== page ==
The present work was supported by the European Research Council (grant agreement No 677661, ProFatMRI) and Philips Healthcare. This work reflects only the authors view and the EU is not responsible for any use that may be made of the information it contains.


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Figure 1:

Sequence diagram of the proposed DW-STE-prepared single-shot 2D TSE with vibration compensation gradient (upper row). The DW-STE magnetization preparation consists of four 90° RF pulses and mono-polar diffusion sensitizing gradients. To eliminate motion-induced phase errors an additional pair of de-/rephasing gradients (indicated in red) denoted as magnitude stabilizers are introduced before the last tip-up pulse. Magnitude stabilizers are performed immediately before and after every spin echo. A vibration sensitizing preparation was introduced before the diffusion preparation to achieve a similar vibrational pattern in both diffusion sensitizing periods. The bottom row shows the wooden table to eliminate vibration artifacts.

Figure 2:

DW images for different timings between the vibration compensation gradients and the first diffusion gradients acquired on the scanner table (upper row) and the wooden table (bottom row). On the scanner table signal cancellations within the phantom can be observed at certain sequence timings whereas no signal variations are observed on the wooden table.

Figure 3:

Mean signal evolution in DW magnitude images at a b-value of 50,000 s/mm2 in water fat phantom for different timings (TVibration) between the vibration compensation gradients and first diffusion sensitizing gradients. A maximum of the signal amplitude (117% of the signal value without compensation) was observed exactly at the diffusion time (Δ). That corresponds to a time interval between the vibration compensation gradients and the first diffusion gradients that is equal to the time interval between the first and second diffusion gradients.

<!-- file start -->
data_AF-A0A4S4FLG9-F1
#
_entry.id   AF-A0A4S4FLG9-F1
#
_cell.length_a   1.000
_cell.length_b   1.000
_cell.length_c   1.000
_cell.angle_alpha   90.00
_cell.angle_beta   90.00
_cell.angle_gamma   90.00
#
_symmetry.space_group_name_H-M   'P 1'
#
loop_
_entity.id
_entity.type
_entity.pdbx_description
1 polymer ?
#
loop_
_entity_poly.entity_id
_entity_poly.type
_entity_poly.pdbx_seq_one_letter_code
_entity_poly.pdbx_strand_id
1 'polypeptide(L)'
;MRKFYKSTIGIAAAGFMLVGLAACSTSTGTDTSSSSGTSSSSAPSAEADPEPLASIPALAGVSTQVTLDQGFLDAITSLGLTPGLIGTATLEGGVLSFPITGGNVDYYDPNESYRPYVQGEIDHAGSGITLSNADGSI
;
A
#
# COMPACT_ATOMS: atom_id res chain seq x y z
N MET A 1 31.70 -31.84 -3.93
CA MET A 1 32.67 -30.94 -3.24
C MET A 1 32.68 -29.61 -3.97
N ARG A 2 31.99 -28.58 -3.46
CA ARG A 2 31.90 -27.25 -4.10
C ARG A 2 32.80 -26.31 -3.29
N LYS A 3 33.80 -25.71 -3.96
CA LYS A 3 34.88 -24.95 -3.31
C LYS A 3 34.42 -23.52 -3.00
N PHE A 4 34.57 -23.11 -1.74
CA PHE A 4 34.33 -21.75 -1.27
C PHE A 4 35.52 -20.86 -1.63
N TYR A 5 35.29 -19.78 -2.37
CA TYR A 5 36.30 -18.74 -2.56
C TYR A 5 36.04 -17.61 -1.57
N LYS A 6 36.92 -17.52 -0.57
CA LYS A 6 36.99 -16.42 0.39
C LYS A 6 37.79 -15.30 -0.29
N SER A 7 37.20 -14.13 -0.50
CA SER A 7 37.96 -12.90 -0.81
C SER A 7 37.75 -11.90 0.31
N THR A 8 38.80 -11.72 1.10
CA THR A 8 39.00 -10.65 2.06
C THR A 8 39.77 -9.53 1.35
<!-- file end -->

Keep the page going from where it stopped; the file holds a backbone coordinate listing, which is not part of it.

Figure 4:

Measured signal decay curves and mean ADC values on scanner table and wooden table without (a and c) and with (b and d) the vibration compensation gradients. ADC values were 70% higher when comparing the measurements performed on the scanner table with the wooden support table without any compensation. When the vibration compensation gradients were employed a 25% higher ADC value was measured. Only minor differences (2%) were observed on the wooden table with and without vibration compensation gradients.

Figure 5:

(a) shows the location of the 2D slice and (b) the corresponding fat fraction map. The ADC map is shown without (c) and with (d) compensation. A more homogenous ADC value in the subcutaneous fat is observed with the vibration compensation. In (e) the mean ADC value and in (f) the corresponding standard deviation are shown for different segmented regions. In the subcutaneous fat, a global and local (in the indicated red ellipse) decrease in the ADC value and standard deviation is observed, whereas the values stay nearly constant for the more rigid region of the tibia and fibula bone marrow.

Proc. Intl. Soc. Mag. Reson. Med. 27 (2019)